I am a “heel striker”, which means I land each running step on my heel.  I’ve read all kinds of things that proclaim “heel striking will lead to injury”.  Since I don’t want to be injured I’ve been trying to figure out how to move my strike from a heel strike to a midfoot strike.  I’ve tried different shoes from the minimal heel-lift “racing flats” to a moderate heel-lift shoes.  I’ve used orthotics  of various types and no orthotic.  I studied the “correct form” and tried to emulate it when I run using various techniques, including listening to a metronome app on my phone.  I even thought I was making some progress.  Then I saw some photos from my most recent race/run and… nope, still a heel striker.

I’ve talked with my physical therapist about my stride expecting her to encourage me to change.  She has been treating my plantar fasciitis and other knee/hip ailments and, as a medical professional and a triathlete, I just assumed she’d give me advice on how to improve my form.  I know she studies running form because I once sat with her after she finished a tri, (while my husband was still running) and she commented on form as other runners flew past us. I figured she would have much to say on the topic.  Interestingly, whenever I talked to her about my form (she has watched me on the treadmill) she just kind of shrugged and told me she found it difficult for people to really change their natural form.  She suggested getting the best shoe to fit my form, rather than concentrate too much on trying to change.

Her words didn’t really alter my desire to “correct” my form, although I was a little less obsessed about it after our talks.  I even enjoyed watching videos examining the strides of various elite marathoners.  Those videos also left me wondering how hard I should try to change my form because  elite runners seem to have a variety forms/strides — no one is the exactly the same (check out the photo at the top of this post.)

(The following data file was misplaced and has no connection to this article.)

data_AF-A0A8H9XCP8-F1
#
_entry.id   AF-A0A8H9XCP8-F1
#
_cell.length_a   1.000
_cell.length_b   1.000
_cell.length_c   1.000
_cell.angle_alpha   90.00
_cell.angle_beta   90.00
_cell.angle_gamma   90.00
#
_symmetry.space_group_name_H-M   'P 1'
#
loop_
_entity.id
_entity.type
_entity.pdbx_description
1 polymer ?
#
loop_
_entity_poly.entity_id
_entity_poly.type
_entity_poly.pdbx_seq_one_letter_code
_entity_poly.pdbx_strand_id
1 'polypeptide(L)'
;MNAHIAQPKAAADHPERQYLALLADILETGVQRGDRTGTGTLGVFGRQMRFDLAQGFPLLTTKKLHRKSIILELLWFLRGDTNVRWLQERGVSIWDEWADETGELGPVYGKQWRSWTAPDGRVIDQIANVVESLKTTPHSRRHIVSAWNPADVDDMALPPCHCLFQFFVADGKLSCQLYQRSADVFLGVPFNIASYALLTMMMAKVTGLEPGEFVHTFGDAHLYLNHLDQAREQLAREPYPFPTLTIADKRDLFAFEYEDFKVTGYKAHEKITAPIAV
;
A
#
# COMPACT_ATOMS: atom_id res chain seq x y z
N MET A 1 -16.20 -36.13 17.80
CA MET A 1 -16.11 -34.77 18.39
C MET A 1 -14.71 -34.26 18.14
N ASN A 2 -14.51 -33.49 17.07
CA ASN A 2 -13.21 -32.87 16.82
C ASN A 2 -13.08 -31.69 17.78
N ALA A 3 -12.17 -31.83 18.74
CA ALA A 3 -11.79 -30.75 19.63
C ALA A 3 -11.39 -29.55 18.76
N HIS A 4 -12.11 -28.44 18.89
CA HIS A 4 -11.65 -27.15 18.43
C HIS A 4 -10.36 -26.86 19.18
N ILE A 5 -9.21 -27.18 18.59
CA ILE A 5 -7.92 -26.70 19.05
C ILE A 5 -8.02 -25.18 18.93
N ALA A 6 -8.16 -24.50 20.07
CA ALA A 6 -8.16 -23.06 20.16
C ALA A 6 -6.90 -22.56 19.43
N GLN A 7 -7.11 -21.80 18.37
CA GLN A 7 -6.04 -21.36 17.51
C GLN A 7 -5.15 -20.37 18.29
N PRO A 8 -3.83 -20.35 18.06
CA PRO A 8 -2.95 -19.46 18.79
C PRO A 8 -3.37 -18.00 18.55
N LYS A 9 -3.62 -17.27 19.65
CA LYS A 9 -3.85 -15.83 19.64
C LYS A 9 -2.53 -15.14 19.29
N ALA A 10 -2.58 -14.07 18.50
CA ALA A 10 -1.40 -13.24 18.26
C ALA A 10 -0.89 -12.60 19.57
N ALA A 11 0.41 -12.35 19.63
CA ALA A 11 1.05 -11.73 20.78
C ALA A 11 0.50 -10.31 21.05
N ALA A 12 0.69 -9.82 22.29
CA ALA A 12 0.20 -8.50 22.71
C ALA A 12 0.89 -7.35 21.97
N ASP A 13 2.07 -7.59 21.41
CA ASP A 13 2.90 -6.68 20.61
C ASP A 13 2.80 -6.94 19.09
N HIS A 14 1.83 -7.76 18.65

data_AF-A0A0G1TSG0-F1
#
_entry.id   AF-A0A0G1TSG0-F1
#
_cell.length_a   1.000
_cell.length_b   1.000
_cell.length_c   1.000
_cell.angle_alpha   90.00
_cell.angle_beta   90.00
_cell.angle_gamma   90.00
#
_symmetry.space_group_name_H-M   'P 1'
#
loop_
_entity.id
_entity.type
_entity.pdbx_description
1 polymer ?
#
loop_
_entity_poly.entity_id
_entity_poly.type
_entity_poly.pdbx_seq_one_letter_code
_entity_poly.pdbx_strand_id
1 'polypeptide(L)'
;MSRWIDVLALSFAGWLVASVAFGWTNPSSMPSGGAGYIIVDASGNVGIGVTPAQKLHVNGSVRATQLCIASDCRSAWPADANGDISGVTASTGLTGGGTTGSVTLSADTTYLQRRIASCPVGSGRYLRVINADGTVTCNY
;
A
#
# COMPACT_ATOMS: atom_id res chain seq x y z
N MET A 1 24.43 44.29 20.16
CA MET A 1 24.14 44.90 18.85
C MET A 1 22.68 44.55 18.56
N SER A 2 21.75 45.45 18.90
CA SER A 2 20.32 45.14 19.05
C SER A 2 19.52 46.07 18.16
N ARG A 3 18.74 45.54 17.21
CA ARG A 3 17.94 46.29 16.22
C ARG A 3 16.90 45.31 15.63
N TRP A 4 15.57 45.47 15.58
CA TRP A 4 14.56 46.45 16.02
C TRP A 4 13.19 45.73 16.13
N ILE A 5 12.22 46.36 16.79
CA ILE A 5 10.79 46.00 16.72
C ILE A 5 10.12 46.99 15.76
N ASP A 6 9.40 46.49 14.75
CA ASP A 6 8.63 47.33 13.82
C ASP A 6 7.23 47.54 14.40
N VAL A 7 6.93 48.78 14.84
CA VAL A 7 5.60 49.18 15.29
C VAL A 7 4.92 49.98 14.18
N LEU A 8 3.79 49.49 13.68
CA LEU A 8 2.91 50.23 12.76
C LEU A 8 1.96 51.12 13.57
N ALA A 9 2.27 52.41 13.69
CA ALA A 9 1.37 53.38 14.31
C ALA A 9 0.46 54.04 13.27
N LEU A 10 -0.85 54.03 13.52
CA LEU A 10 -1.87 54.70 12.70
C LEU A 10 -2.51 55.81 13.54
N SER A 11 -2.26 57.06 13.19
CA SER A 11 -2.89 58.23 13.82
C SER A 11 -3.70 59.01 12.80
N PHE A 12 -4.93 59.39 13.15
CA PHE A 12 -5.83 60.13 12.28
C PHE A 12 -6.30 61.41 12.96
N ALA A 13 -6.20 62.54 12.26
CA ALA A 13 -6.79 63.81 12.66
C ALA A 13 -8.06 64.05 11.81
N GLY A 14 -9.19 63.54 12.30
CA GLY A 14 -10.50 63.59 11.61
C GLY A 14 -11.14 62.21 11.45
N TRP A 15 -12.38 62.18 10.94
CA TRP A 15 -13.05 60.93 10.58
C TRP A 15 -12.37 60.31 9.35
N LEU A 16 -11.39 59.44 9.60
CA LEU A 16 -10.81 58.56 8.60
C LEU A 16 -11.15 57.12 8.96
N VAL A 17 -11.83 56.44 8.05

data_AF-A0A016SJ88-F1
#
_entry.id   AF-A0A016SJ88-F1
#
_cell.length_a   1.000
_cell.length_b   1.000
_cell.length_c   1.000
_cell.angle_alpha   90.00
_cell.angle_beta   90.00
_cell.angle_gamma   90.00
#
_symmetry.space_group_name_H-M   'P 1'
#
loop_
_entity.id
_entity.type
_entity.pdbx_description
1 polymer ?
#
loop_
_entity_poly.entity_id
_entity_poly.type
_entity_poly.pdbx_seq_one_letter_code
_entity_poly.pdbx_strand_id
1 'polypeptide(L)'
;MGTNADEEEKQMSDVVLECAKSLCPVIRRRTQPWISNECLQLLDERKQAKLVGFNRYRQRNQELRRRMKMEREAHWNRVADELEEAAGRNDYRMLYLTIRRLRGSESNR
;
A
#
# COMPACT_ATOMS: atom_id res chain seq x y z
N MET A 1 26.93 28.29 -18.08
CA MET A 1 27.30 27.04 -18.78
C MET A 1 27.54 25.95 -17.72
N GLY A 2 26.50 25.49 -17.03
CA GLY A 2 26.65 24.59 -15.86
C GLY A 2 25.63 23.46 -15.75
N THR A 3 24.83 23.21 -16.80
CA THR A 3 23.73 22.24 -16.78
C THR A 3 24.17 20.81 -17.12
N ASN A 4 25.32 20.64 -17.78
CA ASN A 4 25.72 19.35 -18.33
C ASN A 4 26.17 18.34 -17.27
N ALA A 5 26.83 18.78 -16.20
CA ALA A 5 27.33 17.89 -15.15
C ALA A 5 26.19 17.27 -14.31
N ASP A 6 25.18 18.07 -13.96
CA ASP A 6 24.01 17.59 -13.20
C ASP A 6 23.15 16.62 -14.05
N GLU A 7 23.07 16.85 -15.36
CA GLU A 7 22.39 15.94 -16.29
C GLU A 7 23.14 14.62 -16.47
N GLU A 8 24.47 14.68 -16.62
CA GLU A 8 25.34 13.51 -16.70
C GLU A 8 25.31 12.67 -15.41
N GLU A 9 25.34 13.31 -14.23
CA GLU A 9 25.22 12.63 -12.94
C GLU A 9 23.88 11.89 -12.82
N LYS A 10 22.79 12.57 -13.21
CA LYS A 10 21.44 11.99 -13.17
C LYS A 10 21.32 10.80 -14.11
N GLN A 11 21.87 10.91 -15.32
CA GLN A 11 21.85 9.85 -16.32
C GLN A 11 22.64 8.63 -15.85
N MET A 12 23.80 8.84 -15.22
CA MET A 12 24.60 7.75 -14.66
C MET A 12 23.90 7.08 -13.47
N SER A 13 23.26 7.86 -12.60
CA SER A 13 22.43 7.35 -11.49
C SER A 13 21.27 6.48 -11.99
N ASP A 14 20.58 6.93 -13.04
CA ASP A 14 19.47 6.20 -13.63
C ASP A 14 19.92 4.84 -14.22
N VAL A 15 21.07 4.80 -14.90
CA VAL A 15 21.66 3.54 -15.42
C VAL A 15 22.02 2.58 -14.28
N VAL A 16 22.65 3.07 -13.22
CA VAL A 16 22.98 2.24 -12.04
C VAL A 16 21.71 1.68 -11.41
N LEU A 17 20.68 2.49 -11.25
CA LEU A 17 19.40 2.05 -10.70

And finally, this new article has me very skeptical about needing to “correct my form”.  Here is a quote from that article.

Researchers who have no financial ties to running programs or shoe manufacturers say that most of those complications are unnecessary and some of the advice is even risky, because it can make running harder and can increase the chance of injury.

Take, for example, the notion that there is a perfect running form, like striking the ground with the midfoot or forefoot. There is no convincing evidence for this convoluted advice, disinterested researchers say. In fact, studies have found that individuals automatically run in a way that is most efficient for their own bodies. Those who change the way they run naturally are less efficient and more prone to injury.

“There is good evidence that your body is exquisitely lazy and will find the easiest way for you to run,” said Carl Foster, professor of exercise and sports medicine at the University of Wisconsin-La Crosse.

Honestly, this makes me feel much better.  I have other/better things to worry about. :)


Side Note:  I as sit here working on my blog (among other things) I have placed a piece of fresh-picked basil next to my laptop.  My friend Sue gave me some fresh chard and basil from her garden and I just LOVE the smell of fresh basil.  It’s keeping me company.  Now what to do with that chard.  Hmmm, stay tuned. (Thanks, Sue!)



Greek and Mexican

I didn’t spend any time on my blog yesterday.  Instead I spent some time trying to help my son with edits to a couple of research funding proposals, or at least I think that’s what they are.  When I opened my inbox in the morning I saw an email from my son:

“Hey Mom and Dad.  If you have time, can you look over these papers for me?”

Pleased that I was asked, I opened the first one and saw words like:

“Nanocrystals”, “Chalcogenide”, “Ligands”. And those were in the title.

Then I scanned the body of the paper and saw long strings of letter/number combinations I can only assume are chemical compounds, or something.  Some were almost the entire length of one type-written line.

“Ummm… No, I don’t think I can.”  But of course I tried.  I found there were actual English words mixed in amongst the chemical-ly things.  There wasn’t much I could really do, but I like to pretend I’m still of some use to my son.

Clearly I needed comfort food for dinner.   How’s this for comfort?